Grace upon grace,

April

 

 

 

Broken + Free

I woke up the next morning wondering if I had really hugged Ann Voskamp, shaken hands with Rebekah Lyons, and talked with Christy Nockels.

Surreal.

I can honestly say that these women have a contagious love for the Lord. You want what they have. And what they have is Jesus.

 

At their event, the Broken + Free Tour in Nashville, these 3 women received every single person who stood in line waiting for an opportunity to speak with them. They were generous, breaking their time and giving it away. They were living the messages they proclaimed on stage.

Of course as my turn drew nearer my hands became sweaty and all my insides started to melt. I was fighting extreme shyness, trying to find my tongue somewhere back inside my dry throat before Christy Nockels turned to my friend and me. I wanted to tell her what a gift she has been to me, a spiritual mentor through her podcast, Glorious in the Mundane. Christy has a great gift for storytelling, laced with truth and encouragement. Instead, for this event, she led the worship team, calling us all to delight in the Lord through music.

I didn’t know who Rebekah Lyons was until the afternoon of the event. I drove down I-65 listening to her interview on a podcast. I didn’t know she also has a special needs son. Rebekah is further along in this journey than I am, with her son being a teenager. I was instantly drawn to her after that, gleaning any wisdom she might have in special needs parenting. Something about finding someone who has a similar story to yours, like in the special needs community, forms an instant bond.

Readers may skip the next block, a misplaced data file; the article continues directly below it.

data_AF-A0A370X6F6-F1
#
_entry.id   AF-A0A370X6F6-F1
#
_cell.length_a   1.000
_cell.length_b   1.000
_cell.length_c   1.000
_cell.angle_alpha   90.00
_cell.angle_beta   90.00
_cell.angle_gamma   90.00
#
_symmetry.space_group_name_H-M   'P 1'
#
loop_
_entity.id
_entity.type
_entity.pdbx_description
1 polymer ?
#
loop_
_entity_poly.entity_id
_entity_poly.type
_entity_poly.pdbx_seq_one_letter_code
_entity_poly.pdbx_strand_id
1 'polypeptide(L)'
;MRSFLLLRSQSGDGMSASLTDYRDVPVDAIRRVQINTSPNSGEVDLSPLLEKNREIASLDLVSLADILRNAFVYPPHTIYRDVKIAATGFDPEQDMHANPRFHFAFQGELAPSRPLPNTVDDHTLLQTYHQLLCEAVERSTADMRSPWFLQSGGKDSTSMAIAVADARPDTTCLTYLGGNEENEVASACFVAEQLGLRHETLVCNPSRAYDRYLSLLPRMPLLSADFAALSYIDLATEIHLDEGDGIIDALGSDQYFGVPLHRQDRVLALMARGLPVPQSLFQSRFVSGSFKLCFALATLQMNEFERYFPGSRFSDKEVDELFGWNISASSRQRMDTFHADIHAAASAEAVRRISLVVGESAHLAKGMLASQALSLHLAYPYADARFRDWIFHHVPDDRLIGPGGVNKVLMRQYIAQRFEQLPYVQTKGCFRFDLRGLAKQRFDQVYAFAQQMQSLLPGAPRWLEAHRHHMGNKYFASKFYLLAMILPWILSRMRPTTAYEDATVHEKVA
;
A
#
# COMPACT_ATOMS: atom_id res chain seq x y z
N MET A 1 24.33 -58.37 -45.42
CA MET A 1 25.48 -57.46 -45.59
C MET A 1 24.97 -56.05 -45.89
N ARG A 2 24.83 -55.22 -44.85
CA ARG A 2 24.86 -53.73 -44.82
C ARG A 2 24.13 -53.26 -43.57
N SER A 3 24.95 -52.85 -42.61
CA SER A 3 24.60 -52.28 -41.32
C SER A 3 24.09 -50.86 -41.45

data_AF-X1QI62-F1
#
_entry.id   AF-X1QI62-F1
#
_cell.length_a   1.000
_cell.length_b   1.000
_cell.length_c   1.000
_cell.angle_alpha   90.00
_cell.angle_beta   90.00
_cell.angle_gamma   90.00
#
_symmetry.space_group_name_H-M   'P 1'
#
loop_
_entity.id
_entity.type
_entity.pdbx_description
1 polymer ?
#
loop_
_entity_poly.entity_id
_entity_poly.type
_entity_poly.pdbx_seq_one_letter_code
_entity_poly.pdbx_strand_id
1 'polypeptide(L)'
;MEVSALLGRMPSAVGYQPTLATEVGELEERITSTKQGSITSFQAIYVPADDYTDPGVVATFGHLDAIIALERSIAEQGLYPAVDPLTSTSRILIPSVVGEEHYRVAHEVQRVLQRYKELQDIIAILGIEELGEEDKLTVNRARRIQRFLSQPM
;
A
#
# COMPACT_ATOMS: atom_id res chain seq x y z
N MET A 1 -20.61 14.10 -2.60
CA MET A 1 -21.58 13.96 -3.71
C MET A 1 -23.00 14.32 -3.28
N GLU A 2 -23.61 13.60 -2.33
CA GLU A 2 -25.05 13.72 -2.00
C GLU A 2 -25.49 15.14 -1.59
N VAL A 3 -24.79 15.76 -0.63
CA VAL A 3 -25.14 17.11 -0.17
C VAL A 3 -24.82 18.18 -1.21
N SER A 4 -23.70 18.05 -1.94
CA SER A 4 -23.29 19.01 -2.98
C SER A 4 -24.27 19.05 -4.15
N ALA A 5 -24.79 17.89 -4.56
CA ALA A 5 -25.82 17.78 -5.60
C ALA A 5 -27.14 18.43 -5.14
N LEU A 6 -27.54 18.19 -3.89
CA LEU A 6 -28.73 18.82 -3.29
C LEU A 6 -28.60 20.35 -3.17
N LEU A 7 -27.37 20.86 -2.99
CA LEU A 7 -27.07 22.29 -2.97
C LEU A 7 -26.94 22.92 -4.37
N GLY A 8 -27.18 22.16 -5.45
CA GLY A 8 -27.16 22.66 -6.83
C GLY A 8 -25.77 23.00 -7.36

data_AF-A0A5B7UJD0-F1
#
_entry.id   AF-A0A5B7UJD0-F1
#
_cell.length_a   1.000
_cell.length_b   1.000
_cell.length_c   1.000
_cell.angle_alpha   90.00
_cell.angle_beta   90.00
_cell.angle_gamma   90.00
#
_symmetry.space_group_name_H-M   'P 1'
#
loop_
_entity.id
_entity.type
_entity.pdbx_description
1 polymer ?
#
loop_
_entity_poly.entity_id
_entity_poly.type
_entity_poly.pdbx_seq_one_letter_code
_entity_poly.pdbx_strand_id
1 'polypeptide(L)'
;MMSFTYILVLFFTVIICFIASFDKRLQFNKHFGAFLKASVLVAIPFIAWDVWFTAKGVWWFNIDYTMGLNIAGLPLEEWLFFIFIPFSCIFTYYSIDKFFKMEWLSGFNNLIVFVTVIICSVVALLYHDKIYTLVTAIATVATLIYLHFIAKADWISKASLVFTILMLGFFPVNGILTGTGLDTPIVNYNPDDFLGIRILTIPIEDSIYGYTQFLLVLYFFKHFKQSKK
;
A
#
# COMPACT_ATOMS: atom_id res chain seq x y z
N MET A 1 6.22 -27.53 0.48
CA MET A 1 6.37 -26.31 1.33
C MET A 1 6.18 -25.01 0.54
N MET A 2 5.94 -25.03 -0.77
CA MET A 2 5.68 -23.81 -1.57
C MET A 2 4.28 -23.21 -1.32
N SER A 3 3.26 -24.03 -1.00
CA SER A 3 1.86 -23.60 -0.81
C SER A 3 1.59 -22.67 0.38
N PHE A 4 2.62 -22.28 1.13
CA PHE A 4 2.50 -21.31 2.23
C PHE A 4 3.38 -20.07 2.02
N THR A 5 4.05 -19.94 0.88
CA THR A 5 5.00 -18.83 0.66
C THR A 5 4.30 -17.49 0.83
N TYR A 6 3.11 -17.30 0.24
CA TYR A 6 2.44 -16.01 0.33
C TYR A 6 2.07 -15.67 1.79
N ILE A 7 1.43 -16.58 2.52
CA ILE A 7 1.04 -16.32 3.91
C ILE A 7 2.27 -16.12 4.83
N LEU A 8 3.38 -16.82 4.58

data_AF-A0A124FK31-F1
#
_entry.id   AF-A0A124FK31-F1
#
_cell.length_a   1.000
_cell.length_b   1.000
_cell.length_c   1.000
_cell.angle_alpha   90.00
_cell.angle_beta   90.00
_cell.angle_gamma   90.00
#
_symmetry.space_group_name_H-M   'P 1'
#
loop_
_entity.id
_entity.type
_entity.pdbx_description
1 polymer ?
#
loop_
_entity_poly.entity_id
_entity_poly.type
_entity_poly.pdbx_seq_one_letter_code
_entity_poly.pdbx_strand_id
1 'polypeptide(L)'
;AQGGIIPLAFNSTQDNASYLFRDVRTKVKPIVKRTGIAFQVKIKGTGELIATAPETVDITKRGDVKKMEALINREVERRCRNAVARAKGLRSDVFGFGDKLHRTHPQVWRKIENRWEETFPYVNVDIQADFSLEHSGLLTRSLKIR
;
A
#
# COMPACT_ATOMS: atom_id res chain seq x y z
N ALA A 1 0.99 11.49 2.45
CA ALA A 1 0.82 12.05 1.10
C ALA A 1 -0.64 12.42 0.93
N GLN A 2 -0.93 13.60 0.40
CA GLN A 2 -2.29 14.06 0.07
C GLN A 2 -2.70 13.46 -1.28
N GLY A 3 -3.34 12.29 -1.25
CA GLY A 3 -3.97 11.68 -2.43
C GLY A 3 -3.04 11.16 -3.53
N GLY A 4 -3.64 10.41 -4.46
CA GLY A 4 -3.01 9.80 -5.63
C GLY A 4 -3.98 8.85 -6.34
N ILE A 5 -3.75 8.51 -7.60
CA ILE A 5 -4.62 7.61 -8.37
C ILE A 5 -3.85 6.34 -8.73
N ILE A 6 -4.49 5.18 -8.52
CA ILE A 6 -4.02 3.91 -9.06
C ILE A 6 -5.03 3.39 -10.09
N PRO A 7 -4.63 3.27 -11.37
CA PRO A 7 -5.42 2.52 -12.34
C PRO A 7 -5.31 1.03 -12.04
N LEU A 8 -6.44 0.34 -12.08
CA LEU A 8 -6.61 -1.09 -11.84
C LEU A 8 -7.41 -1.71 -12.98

Rebekah also shared her personal story of fear, panic attacks and learning how to truly be free. After living with her husband and three kids in New York City for a couple of years and experiencing panic attacks for a year, God used these hard experiences to shape her story. In a desperate moment to be set free from her anxiety she cried out to the Lord. The Lord heard her cry and slowly began to help her see freedom through Jesus alone. Only He has the power to save, to heal all sorts of brokenness.

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“Live Cruciform” signed by Ann Voskamp in her new book The Broken Way

Coming face to face with Ann Voskamp was a joy and a privilege. Still in my introverted frame of mind, I stared down at the table, mumbling gratitude for her words and shoved my copy of her book under her nose. Classy. And yet, she embraced me with a hug, this woman who I’ve highlighted countless lines in her books and quoted numerous times. This woman who doesn’t know me from Adam, hugged my neck.

My shoulders relaxed a bit as I began to see that these women weren’t any different than me. They were seeking to bear fruit for God’s glory and look more like Him in the process. That is why we are drawn to those with a bigger platform for the Lord. It is usually because they look an awful lot like Him and we all desperately want to be seen and loved by Jesus.

 

I’m thankful for the opportunity I had to go to Nashville and attend the Broken + Free Tour. Singing songs of praise to the Lord, and listening to the Spirit speak through His own, reminded me to delight again in the God who saves, the God who heals our broken. A smile crept across my face in the midst of singing to Him. I’m delighting in You, Father, as You always delight in me, Your daughter, Your Beloved.

 

 

Grace upon grace,

April